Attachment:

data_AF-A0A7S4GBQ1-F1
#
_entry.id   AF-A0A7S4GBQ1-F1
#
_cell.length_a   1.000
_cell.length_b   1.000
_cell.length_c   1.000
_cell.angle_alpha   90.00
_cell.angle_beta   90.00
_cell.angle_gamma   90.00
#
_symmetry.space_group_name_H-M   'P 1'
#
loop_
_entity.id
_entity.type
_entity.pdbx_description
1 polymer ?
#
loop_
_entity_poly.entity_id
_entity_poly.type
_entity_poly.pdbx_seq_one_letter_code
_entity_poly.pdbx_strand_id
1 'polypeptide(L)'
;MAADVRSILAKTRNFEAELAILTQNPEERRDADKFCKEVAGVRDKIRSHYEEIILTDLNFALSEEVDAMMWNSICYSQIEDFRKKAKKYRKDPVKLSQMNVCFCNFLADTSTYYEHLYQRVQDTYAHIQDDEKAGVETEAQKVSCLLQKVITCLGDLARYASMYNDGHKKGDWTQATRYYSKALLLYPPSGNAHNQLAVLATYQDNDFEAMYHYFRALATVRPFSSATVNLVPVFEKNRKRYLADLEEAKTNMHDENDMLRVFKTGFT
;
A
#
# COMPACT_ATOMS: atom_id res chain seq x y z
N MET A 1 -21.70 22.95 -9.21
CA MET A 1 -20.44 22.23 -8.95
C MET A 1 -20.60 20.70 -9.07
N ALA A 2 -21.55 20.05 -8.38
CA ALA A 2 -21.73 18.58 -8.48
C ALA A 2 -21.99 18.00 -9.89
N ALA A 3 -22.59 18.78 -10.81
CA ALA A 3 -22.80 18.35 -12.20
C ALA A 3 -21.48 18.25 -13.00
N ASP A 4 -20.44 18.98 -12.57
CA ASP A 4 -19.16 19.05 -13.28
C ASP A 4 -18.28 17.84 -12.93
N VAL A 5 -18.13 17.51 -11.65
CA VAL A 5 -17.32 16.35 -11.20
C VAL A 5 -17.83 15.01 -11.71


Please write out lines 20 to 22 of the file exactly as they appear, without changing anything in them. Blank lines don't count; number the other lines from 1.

loop_
_entity_poly.entity_id
_entity_poly.type